Today, we're thrilled to launch our long-awaited Matrix field, which provides a cleaner, more digestible way to ask multiple scale questions at once. Follow the white rabbit as we take a closer look at our latest question type. 🐇
Matrix questions sound complicated, as if they belong in the hall of scientific ideas next to String theory and Quantum physics, but they're simple. Essentially, matrix questions are a fancy way of saying "multiple questions presented on a grid."
They're one of the most popular question types, particularly in traditional pen-and-paper surveys, as they're easy to write, answer, and interpret. They'll be familiar to anyone who has ever filled out a form for a government agency, or responded to a feedback survey.
Let’s take a look at the new field, and show a few ways you can use it.
The Matrix field works the same as any other field in the Paperform editor. Just select the question type from the menu, or type /matrix using our no-code slash commands.
From there, you can select the Cogwheel icon to go into the configuration menu, and set up your question. The Matrix field displays multiple-choice questions in a grid of rows and columns:
💡 Tip: Try to keep row and column text short so they're easy for your respondents to read. If you add too many rows you risk people "straight-lining" through your survey, meaning they'll click the same answer to get through it quickly. A good rule of thumb is to keep rows, and columns, to 5 options or less.
Usually, when viewed on mobile devices and small screens, Matrix questions don't work. The horizontal formatting cuts the grid off, requiring respondents to scroll to see the full question.
Around here we're allergic to unresponsive, ugly, forms, which is why Paperform's Matrix field automatically displays rows as individual questions on mobile so they fit comfortably on any size screen.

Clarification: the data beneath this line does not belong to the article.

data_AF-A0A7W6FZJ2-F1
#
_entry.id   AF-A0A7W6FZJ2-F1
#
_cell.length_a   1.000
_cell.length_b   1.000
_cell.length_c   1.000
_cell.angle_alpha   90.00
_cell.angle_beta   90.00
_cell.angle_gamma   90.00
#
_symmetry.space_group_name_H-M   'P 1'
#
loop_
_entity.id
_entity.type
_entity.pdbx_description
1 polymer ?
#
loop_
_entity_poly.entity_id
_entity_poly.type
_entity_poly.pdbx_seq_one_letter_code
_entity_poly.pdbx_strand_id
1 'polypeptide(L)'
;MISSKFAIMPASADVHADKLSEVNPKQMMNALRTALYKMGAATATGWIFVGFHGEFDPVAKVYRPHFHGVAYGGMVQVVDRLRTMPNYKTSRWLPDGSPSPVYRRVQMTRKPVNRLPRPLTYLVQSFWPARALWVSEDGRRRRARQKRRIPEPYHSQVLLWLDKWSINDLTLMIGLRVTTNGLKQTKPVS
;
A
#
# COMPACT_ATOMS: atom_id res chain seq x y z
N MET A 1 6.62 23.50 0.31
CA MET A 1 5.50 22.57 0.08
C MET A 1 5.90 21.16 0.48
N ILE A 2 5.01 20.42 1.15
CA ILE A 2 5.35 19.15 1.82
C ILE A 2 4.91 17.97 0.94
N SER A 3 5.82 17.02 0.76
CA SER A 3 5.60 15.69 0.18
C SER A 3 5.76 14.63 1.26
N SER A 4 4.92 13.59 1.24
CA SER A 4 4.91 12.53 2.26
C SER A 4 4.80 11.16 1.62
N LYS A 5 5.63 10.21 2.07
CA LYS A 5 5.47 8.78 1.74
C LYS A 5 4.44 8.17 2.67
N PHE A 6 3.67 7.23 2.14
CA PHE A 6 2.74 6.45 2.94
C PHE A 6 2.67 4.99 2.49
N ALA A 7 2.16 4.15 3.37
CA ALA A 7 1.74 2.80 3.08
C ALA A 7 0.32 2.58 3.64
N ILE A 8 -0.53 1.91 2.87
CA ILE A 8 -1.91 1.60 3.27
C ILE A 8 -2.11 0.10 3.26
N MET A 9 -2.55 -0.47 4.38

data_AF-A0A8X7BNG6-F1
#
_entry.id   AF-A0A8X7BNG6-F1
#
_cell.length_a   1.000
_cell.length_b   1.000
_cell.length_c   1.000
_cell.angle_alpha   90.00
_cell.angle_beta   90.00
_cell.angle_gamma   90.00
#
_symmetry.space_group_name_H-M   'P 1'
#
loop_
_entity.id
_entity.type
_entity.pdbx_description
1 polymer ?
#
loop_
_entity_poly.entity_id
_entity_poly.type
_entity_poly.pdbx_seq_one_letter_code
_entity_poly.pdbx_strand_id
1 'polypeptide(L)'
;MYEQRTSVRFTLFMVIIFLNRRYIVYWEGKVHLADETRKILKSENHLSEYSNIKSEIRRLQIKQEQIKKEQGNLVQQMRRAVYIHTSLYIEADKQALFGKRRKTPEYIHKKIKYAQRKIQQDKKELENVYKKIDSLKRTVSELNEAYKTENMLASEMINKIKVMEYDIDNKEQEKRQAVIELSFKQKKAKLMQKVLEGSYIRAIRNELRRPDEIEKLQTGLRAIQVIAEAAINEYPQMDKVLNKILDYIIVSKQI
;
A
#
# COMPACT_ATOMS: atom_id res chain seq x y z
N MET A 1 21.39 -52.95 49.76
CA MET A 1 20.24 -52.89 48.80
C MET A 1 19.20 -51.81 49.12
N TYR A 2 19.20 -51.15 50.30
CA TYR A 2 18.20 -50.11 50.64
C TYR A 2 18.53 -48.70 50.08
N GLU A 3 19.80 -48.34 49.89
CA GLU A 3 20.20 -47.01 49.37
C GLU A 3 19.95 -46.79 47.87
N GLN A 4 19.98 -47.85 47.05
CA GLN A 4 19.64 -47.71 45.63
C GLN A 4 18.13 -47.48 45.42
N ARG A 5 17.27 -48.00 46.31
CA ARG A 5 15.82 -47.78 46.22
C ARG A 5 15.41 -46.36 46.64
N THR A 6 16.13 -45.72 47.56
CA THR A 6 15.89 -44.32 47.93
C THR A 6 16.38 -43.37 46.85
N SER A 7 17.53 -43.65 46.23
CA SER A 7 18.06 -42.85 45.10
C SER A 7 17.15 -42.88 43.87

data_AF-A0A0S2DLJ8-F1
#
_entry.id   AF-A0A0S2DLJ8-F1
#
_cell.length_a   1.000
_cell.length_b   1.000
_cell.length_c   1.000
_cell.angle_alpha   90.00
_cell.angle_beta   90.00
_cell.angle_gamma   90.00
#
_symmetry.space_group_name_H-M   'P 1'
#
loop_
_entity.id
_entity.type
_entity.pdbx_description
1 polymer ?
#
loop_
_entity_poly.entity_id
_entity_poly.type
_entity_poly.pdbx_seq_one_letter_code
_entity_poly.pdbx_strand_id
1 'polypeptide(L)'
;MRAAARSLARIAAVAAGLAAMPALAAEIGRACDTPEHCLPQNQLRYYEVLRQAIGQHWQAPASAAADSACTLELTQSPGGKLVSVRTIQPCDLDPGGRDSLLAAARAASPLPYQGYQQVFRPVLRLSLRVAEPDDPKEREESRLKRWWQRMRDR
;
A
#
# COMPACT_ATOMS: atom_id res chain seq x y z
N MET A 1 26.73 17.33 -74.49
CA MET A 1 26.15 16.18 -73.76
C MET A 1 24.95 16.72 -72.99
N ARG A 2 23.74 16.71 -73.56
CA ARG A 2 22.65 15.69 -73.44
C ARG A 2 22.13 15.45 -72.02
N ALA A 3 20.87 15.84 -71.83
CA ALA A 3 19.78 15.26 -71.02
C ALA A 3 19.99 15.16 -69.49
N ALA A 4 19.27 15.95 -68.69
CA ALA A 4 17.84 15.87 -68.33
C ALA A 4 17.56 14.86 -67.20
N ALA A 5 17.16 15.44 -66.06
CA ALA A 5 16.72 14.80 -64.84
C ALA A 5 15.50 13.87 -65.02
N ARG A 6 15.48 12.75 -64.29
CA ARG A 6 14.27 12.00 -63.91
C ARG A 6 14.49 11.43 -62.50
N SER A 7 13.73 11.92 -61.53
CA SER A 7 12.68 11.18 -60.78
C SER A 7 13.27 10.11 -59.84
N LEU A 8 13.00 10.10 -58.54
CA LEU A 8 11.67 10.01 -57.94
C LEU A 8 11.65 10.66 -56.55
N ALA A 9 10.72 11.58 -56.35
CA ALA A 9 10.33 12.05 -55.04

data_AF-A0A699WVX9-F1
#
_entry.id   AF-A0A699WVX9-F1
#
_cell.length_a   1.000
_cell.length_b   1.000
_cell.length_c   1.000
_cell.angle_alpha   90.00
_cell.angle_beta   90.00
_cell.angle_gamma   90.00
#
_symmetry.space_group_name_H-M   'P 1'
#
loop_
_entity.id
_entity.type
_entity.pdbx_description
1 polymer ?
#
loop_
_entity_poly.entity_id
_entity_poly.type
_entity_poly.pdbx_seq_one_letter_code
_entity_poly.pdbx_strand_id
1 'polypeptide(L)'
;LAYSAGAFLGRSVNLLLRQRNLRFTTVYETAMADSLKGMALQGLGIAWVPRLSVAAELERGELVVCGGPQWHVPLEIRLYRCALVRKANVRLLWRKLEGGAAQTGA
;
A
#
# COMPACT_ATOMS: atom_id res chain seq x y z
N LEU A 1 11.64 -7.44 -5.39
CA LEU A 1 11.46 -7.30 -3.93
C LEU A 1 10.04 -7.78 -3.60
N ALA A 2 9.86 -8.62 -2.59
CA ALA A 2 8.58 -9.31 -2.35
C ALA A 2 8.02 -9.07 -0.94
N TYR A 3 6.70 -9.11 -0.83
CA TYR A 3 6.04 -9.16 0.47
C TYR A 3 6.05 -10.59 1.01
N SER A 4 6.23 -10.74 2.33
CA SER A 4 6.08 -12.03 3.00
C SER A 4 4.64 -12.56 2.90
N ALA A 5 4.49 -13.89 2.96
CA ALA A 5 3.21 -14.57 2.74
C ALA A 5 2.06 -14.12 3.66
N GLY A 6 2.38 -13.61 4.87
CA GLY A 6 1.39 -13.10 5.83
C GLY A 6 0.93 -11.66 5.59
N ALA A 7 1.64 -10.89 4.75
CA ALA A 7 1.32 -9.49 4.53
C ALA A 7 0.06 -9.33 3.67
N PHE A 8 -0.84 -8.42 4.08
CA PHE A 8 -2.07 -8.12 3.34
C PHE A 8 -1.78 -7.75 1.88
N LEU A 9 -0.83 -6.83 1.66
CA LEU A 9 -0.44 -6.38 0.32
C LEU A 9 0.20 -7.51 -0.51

💡 Tip: If you're making a survey that you know will be used mainly on mobile, a Matrix field might not be the right choice. Consider trying a standard multiple choice question, with our Guided mode, for a more intuitive, conversational experience.
You can use a Matrix question any time you want to rate a group of similar items, or ask scale questions on similar topics under one theme. This makes them great for customer and employee satisfaction surveys, performance assessments, and brand comparisons.
Below are just a few uses you may find handy for your business. (Click the 'Use Template' button to apply them directly to your Paperform account.)
Matrix questions are one of the easiest, fastest ways to gather valuable feedback from your customers. Just set your scale, usually ranging from very satisfied to very dissatisfied, and list the various areas you want feedback on.
Due to the closed-ended nature of Matrix questions, sometimes you can miss out on important context. To get qualitative data out of respondents, add a conditional field that appears only when someone gives a negative response.
Want to see what people really think about your course? Or you as an instructor? A Matrix question is an excellent way to get honest evaluations from students, and see what they really think about you. (If you're a real sucker for punishment, make them anonymous!)
Want to gauge what your customers like about your competitors? Find the features your customers most value? Use a Matrix field to gain insight into how your brand stacks up compared to the rest of your industry.
Now it's your turn to enter the Matrix! The new Matrix field is now live across all Paperform accounts—just log in to get creating. Not a customer yet? Sign up for a 14-day free trial to give it a go for yourself—no credit card (or red pills) required.
Excited to use the Matrix field and have a use case we haven't mentioned here? Let the Support team know, as we'd love to see all the creative ways you're using the new field.
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